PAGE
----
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ISRN Nanotechnology
Volume 2012 (2012), Article ID 143613, 12 pages
http://dx.doi.org/10.5402/2012/143613
Research Article

An Approach to Tentative Reference Levels Setting for Nanoparticles in the Workroom Air Based on Comparing Their Toxicity with That of Their Micrometric Counterparts: A Case Study of Iron Oxide Fe3O4

Department of Toxicology and Biological Prophylaxis, Medical Research Center for Prophylaxis Health Protection in Industrial Workers, 30 Popov Street, Ekaterinburg 620014, Russia

Received 24 April 2012; Accepted 7 June 2012

Academic Editors: Q. Chen and J. Ding

Copyright © 2012 Boris A. Katsnelson et al. This is an open access article distributed under the Creative Commons Attribution License, which permits unrestricted use, distribution, and reproduction in any medium, provided the original work is properly cited.

Abstract

We overview the state of the art in the field of safe exposure levels setting for nanomaterials together with the previously published results of our experimental investigations characterizing comparative toxicity of the iron oxide F e 3 O 4 (magnetite) in the form of microparticles and nanoparticles of different size and comparative activity of the defensive alveolar phagocytosis response to their pulmonary deposition. An approach to the substantiation of acceptable workplace exposure limits of metallic nanoparticles is discussed and, specifically, the tentative reference level for magnetite nanoparticles is recommended.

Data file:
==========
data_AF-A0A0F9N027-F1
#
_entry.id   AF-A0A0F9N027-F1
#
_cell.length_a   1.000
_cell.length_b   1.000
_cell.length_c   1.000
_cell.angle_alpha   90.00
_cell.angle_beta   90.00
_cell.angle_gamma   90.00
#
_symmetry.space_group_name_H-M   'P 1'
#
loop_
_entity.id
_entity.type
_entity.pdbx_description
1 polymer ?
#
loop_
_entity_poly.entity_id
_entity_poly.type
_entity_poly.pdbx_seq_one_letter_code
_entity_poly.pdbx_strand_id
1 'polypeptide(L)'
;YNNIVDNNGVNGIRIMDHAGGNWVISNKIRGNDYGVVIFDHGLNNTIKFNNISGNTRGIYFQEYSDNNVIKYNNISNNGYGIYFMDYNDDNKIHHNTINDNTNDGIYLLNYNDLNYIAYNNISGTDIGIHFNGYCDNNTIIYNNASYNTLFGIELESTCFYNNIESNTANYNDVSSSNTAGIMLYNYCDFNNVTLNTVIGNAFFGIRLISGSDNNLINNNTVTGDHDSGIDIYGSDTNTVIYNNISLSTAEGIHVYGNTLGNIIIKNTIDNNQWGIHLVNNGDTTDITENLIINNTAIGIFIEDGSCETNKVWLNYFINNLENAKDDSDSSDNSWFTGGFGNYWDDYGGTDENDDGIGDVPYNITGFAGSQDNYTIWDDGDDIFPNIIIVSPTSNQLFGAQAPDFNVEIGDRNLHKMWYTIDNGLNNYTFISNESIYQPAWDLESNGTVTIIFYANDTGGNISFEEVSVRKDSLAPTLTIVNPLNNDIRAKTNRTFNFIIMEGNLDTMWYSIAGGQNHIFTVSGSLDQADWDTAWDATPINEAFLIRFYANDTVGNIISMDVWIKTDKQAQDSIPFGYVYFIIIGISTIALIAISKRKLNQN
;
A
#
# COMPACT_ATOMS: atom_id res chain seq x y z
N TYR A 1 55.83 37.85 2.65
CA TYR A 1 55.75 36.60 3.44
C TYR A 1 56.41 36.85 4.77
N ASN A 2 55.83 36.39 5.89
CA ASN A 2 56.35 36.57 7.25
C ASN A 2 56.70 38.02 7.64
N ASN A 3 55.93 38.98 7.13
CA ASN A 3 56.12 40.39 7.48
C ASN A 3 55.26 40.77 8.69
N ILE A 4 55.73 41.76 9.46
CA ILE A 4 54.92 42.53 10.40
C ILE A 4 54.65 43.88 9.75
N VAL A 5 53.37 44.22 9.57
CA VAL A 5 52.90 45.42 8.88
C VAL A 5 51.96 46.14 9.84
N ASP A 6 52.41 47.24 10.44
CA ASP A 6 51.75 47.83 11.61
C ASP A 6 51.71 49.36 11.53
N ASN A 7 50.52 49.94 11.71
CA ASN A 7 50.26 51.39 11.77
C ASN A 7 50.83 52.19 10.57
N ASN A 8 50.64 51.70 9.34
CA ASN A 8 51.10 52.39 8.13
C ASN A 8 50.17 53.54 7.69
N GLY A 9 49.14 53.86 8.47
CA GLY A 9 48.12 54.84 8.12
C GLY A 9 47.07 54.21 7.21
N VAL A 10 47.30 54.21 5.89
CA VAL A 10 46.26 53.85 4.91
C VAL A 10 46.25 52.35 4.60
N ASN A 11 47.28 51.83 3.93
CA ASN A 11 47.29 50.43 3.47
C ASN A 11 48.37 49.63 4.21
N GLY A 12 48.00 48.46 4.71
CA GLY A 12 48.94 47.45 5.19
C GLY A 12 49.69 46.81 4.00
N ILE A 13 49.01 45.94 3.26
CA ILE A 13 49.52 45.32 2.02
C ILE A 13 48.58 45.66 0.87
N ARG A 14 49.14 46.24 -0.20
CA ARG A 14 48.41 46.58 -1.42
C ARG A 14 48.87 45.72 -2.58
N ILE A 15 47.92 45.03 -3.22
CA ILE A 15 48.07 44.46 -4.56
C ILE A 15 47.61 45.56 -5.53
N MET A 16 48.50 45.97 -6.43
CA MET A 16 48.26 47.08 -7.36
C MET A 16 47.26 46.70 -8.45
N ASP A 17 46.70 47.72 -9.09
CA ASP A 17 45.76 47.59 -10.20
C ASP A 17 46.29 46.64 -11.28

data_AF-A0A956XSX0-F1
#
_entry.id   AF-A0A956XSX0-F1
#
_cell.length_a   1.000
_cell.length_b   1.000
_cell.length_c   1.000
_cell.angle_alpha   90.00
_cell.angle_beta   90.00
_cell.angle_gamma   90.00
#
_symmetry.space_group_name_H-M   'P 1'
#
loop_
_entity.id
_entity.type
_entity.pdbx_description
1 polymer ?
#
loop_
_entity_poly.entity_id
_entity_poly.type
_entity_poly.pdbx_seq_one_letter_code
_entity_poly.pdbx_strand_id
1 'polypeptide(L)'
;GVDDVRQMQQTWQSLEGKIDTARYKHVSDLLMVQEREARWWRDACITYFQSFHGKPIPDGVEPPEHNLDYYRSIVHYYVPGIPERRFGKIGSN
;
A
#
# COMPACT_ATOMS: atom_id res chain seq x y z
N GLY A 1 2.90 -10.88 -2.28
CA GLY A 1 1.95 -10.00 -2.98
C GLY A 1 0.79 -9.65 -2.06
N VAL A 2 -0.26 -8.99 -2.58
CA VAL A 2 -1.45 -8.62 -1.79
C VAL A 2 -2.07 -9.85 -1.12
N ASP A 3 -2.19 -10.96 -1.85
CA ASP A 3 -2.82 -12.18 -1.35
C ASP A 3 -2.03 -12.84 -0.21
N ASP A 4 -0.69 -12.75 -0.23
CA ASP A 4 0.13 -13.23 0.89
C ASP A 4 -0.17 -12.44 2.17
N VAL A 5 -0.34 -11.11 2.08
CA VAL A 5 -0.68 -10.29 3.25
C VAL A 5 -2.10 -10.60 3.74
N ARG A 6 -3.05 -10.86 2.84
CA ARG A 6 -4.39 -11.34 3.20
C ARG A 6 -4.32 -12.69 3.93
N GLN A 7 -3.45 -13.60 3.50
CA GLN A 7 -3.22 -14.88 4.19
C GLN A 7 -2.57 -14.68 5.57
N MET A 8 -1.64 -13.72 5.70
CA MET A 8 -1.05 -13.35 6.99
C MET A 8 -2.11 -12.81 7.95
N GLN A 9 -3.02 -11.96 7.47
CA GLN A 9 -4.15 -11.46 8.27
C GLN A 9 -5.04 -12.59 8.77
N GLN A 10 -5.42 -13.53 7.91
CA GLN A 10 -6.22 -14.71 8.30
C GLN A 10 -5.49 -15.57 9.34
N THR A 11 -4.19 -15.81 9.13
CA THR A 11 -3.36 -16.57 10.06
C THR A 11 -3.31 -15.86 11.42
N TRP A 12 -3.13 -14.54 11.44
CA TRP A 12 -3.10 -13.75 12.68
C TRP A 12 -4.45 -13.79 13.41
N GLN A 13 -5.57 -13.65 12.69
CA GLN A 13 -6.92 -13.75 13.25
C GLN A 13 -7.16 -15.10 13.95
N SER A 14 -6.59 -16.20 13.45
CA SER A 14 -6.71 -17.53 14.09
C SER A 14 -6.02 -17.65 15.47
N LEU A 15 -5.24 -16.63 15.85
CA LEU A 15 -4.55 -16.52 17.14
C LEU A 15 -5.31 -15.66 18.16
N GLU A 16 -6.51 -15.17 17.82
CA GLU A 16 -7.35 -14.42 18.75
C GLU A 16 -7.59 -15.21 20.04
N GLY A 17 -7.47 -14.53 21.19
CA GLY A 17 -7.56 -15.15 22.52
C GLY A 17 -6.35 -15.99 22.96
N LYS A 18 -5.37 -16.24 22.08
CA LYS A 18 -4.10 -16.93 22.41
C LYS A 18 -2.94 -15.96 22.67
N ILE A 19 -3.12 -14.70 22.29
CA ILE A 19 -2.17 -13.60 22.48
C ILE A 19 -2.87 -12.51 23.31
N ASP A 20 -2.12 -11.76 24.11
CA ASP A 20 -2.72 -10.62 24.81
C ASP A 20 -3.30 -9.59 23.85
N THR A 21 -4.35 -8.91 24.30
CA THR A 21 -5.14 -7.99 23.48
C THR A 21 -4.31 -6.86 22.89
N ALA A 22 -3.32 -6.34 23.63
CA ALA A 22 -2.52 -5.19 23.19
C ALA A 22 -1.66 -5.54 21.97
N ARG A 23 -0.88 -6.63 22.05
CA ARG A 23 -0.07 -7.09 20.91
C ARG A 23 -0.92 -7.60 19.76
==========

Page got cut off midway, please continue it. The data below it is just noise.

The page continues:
1. Introduction

The development of nanotechnologies has led to the emergence of a lot of materials containing nanoscale particles. By convention, a particle is defined as being in the nano-scale range if it has at least one linear dimension not exceeding 100 nm. Nanoparticles (NPs) of various materials find wide application in different industries, in medicine, and in science. In particular, magnetite (Fe3O4) NPs are increasingly often used in medicine and biology as selective carriers of drugs to organs, as markers controlled by an external magnetic field, as cancer cell killers (thanks to local hyperthermia caused by the heating of these NPs in a external variable magnetic field), as a contrast material in magnetic resonance tomography, and so forth. Looking for advance in general nanotoxicology, uncoated engineered NPs of any iron oxide present an interesting research object because such research brings us nearer to the answer of the important question of whether or not a material which is extremely low toxic both in bulk and in the micrometer particle size range may become so toxic in the nanostate, that it may present a serious hazard to human health in the course of its production and use. A good evidence of the rather low toxicity of usual (not nano-scale) iron oxides is that they are allowed by the Joint Expert Committee on Food Additives (JECFA) for use as colouring agents due to their being practically innocuous at a systematic daily intake of up to 0.5 mg/kg.